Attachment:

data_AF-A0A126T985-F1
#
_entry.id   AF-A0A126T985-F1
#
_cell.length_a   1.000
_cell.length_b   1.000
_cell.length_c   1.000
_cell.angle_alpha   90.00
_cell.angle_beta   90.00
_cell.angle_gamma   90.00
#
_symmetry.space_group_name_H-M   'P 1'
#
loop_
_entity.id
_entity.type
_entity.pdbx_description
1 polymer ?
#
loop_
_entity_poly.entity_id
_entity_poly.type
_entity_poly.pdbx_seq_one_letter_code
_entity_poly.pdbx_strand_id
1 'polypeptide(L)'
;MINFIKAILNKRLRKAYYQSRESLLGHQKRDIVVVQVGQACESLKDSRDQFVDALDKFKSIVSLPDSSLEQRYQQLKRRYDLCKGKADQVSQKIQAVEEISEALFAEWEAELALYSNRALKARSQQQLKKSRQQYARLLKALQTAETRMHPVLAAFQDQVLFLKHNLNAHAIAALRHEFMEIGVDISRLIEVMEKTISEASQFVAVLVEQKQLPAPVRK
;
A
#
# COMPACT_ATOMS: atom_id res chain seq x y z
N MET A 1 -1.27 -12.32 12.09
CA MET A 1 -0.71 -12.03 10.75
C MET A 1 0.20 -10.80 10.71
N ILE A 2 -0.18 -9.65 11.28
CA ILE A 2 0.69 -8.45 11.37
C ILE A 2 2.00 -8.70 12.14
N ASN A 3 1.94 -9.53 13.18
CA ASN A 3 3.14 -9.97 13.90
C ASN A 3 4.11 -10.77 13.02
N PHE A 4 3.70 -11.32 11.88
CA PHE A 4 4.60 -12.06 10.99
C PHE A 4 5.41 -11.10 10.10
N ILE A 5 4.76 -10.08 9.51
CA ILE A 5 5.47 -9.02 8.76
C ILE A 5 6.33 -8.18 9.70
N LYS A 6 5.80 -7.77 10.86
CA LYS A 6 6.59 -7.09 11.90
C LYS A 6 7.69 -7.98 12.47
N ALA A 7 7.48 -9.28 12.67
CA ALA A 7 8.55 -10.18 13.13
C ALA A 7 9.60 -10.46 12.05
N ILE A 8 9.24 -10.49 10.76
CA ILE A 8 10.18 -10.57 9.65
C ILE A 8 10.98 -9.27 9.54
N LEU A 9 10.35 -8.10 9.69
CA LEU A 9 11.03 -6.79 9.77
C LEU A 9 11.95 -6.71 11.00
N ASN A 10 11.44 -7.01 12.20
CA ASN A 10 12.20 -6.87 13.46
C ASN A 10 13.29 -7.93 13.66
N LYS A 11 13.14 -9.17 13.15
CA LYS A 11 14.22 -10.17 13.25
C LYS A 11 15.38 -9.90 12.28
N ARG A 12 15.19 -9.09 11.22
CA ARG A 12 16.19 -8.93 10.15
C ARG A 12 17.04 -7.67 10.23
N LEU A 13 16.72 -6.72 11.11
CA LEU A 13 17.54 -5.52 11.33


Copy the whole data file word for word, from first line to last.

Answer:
data_AF-A0A126T985-F1
#
_entry.id   AF-A0A126T985-F1
#
_cell.length_a   1.000
_cell.length_b   1.000
_cell.length_c   1.000
_cell.angle_alpha   90.00
_cell.angle_beta   90.00
_cell.angle_gamma   90.00
#
_symmetry.space_group_name_H-M   'P 1'
#
loop_
_entity.id
_entity.type
_entity.pdbx_description
1 polymer ?
#
loop_
_entity_poly.entity_id
_entity_poly.type
_entity_poly.pdbx_seq_one_letter_code
_entity_poly.pdbx_strand_id
1 'polypeptide(L)'
;MINFIKAILNKRLRKAYYQSRESLLGHQKRDIVVVQVGQACESLKDSRDQFVDALDKFKSIVSLPDSSLEQRYQQLKRRYDLCKGKADQVSQKIQAVEEISEALFAEWEAELALYSNRALKARSQQQLKKSRQQYARLLKALQTAETRMHPVLAAFQDQVLFLKHNLNAHAIAALRHEFMEIGVDISRLIEVMEKTISEASQFVAVLVEQKQLPAPVRK
;
A
#
# COMPACT_ATOMS: atom_id res chain seq x y z
N MET A 1 -1.27 -12.32 12.09
CA MET A 1 -0.71 -12.03 10.75
C MET A 1 0.20 -10.80 10.71
N ILE A 2 -0.18 -9.65 11.28
CA ILE A 2 0.69 -8.45 11.37
C ILE A 2 2.00 -8.70 12.14
N ASN A 3 1.94 -9.53 13.18
CA ASN A 3 3.14 -9.97 13.90
C ASN A 3 4.11 -10.77 13.02
N PHE A 4 3.70 -11.32 11.88
CA PHE A 4 4.60 -12.06 10.99
C PHE A 4 5.41 -11.10 10.10
N ILE A 5 4.76 -10.08 9.51
CA ILE A 5 5.47 -9.02 8.76
C ILE A 5 6.33 -8.18 9.70
N LYS A 6 5.80 -7.77 10.86
CA LYS A 6 6.59 -7.09 11.90
C LYS A 6 7.69 -7.98 12.47
N ALA A 7 7.48 -9.28 12.67
CA ALA A 7 8.55 -10.18 13.13
C ALA A 7 9.60 -10.46 12.05
N ILE A 8 9.24 -10.49 10.76
CA ILE A 8 10.18 -10.57 9.65
C ILE A 8 10.98 -9.27 9.54
N LEU A 9 10.35 -8.10 9.69
CA LEU A 9 11.03 -6.79 9.77
C LEU A 9 11.95 -6.71 11.00
N ASN A 10 11.44 -7.01 12.20
CA ASN A 10 12.20 -6.87 13.46
C ASN A 10 13.29 -7.93 13.66
N LYS A 11 13.14 -9.17 13.15
CA LYS A 11 14.22 -10.17 13.25
C LYS A 11 15.38 -9.90 12.28
N ARG A 12 15.19 -9.09 11.22
CA ARG A 12 16.19 -8.93 10.15
C ARG A 12 17.04 -7.67 10.23
N LEU A 13 16.72 -6.72 11.11
CA LEU A 13 17.54 -5.52 11.33